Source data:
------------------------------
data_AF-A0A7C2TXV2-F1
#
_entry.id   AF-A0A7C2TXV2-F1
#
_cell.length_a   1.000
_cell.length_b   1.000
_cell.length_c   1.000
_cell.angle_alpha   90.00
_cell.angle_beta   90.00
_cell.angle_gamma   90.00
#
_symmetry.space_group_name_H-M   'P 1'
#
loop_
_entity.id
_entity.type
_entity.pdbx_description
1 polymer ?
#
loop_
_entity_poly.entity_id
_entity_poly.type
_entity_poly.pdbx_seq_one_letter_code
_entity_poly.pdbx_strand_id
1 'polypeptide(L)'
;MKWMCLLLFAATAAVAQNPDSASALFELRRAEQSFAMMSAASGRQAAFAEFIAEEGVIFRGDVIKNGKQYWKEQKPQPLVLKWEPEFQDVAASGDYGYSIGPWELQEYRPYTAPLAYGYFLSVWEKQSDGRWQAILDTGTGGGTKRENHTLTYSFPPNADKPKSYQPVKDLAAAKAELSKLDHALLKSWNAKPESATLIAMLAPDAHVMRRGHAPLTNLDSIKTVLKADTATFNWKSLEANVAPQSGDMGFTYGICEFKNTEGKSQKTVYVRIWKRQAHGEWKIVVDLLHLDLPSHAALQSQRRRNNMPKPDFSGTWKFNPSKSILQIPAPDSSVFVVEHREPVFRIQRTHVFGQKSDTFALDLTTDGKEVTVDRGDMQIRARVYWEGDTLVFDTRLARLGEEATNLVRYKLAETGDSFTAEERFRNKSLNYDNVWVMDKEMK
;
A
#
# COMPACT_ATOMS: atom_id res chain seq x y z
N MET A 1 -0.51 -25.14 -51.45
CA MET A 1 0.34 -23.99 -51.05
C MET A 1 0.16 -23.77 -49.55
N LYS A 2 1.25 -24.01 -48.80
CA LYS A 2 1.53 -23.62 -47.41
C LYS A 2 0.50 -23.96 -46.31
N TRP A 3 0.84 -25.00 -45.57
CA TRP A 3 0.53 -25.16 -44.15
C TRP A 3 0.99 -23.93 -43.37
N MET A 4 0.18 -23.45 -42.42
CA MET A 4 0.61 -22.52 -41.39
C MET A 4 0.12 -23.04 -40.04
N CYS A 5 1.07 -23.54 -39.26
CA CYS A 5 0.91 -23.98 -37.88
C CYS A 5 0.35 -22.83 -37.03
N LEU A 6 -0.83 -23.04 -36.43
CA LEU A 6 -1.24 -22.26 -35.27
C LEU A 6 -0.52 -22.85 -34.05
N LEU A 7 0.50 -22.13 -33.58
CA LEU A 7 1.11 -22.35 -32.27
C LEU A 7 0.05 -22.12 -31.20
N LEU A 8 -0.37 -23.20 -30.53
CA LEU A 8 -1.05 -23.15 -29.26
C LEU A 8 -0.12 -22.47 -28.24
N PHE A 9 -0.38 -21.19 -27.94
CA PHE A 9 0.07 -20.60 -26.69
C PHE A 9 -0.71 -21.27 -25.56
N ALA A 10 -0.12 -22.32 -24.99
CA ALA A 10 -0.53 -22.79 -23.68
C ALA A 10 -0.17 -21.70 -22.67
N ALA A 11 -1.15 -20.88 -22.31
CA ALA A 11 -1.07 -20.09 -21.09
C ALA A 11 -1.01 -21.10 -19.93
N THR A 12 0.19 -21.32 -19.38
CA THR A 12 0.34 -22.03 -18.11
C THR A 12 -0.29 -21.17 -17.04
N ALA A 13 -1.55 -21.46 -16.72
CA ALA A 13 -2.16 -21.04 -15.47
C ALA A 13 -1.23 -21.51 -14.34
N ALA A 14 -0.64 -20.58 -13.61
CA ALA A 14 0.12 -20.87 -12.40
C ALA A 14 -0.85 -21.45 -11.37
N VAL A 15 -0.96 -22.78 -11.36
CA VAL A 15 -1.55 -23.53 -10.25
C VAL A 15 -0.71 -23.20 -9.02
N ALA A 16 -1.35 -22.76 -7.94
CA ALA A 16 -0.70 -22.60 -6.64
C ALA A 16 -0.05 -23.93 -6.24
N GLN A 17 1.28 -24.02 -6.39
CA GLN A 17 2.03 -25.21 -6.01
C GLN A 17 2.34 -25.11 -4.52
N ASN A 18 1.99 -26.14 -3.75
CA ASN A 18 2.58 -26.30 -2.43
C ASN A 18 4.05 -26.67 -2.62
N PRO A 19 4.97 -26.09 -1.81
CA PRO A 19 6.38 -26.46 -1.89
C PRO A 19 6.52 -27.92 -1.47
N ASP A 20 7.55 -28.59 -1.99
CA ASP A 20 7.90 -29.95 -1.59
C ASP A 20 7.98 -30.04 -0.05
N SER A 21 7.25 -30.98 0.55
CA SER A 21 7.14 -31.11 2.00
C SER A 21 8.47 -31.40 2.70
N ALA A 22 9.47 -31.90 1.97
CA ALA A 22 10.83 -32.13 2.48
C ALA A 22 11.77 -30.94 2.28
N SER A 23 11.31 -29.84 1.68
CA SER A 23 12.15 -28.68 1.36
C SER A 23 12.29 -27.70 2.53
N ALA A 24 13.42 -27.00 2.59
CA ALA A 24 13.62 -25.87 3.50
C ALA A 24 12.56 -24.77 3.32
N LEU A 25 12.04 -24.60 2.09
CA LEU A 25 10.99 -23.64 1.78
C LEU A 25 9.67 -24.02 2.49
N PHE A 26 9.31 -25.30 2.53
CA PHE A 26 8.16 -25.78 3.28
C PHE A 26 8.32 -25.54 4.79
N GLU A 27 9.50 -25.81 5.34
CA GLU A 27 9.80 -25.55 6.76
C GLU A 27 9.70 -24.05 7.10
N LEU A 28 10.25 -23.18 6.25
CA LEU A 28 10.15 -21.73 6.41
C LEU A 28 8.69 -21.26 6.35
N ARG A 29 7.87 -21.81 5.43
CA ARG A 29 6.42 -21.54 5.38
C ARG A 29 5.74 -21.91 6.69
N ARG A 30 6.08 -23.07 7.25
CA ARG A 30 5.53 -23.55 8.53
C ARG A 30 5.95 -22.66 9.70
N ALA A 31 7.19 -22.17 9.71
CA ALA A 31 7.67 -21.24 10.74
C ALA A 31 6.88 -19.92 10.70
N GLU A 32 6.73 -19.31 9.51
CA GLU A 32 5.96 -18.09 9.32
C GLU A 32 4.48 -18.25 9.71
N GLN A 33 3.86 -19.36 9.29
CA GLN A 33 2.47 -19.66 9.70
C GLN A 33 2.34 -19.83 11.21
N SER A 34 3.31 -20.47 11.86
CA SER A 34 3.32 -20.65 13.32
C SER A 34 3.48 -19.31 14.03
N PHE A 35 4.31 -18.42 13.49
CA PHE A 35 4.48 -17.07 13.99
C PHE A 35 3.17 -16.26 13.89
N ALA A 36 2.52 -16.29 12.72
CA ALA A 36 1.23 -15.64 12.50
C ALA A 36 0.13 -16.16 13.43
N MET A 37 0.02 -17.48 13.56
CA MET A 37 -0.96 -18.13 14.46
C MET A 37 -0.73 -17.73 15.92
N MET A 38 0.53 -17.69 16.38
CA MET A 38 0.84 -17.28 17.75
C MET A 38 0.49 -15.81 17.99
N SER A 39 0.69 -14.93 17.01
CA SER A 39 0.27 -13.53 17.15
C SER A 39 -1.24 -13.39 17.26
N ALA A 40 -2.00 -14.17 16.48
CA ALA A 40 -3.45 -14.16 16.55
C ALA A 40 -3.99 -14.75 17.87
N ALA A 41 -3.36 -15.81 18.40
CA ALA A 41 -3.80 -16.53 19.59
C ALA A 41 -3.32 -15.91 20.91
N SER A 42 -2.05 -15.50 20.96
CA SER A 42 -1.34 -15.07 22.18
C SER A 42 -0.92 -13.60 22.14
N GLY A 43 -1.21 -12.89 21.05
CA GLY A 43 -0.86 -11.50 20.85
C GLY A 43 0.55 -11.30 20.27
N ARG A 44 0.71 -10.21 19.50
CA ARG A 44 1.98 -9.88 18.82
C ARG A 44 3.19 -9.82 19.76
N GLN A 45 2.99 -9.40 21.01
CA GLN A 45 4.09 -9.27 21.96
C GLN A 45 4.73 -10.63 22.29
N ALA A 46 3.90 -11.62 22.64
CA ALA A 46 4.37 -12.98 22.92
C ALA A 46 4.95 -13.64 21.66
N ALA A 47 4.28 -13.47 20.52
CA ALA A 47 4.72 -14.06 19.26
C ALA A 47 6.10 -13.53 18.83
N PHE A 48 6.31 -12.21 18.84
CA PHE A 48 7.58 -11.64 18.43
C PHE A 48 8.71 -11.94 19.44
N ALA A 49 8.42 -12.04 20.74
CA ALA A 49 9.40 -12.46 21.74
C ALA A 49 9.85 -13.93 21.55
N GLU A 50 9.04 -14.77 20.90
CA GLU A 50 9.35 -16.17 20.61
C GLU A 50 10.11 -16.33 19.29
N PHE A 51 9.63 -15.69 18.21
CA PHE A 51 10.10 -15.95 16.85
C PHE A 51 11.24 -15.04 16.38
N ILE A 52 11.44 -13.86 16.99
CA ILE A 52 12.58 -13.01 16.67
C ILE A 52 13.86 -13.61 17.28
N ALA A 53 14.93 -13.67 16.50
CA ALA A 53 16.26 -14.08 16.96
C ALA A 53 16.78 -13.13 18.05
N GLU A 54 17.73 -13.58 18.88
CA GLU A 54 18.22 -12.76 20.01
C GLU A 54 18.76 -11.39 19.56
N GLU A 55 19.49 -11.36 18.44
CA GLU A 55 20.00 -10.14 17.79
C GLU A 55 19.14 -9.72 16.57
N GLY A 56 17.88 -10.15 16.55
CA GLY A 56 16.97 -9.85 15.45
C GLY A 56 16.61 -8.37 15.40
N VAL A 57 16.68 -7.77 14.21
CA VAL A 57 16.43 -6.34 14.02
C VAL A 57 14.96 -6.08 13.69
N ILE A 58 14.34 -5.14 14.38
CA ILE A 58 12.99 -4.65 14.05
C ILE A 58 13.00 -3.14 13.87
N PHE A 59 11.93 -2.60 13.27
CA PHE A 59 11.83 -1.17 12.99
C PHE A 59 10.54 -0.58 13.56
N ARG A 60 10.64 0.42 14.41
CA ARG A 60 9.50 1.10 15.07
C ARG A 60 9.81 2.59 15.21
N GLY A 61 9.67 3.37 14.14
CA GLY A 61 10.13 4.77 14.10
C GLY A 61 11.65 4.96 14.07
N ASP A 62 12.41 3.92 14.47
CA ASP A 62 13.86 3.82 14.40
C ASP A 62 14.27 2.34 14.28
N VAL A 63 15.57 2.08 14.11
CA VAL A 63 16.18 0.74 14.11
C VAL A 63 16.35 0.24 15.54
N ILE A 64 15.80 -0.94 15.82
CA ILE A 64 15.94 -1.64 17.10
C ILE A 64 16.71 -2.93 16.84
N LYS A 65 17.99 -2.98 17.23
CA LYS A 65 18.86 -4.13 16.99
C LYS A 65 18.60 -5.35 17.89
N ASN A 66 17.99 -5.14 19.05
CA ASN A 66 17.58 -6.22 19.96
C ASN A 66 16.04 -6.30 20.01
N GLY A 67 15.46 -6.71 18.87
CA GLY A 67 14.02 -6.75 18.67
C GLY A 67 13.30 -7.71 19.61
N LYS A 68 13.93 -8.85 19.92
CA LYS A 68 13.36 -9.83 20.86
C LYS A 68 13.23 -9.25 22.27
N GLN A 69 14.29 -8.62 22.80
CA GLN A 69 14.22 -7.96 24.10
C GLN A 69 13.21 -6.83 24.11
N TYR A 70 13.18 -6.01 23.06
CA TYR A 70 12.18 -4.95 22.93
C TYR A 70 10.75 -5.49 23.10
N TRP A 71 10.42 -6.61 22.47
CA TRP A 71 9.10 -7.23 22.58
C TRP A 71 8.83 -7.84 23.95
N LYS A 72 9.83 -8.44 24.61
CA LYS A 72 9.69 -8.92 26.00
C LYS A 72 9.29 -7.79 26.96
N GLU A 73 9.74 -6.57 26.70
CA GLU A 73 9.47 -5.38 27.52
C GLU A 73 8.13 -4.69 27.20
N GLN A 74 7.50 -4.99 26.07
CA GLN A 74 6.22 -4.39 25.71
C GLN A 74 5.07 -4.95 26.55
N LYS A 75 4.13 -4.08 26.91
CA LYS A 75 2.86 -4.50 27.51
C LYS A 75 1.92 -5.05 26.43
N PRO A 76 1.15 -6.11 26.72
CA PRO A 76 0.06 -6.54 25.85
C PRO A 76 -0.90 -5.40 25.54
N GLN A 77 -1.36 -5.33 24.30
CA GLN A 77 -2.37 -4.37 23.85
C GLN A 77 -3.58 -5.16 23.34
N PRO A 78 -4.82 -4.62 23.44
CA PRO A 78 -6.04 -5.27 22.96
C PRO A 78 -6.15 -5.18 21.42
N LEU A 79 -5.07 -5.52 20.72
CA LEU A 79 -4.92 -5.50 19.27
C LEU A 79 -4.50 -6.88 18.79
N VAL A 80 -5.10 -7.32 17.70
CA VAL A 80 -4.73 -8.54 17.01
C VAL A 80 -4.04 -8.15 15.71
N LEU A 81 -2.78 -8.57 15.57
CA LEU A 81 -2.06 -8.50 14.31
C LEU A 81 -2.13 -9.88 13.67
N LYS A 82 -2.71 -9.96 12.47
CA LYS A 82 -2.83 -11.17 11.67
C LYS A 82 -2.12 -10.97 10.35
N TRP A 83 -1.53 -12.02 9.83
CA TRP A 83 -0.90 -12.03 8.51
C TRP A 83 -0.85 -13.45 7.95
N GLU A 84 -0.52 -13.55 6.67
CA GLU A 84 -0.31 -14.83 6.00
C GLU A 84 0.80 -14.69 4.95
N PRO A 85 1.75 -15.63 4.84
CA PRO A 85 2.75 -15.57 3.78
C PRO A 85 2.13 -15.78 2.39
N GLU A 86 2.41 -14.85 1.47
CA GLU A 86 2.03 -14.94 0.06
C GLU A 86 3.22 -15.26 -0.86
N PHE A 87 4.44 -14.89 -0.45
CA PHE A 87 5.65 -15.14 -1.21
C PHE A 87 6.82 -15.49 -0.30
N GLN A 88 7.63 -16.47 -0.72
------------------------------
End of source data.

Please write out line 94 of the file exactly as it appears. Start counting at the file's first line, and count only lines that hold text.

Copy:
N ALA A 22 9.47 -31.90 1.97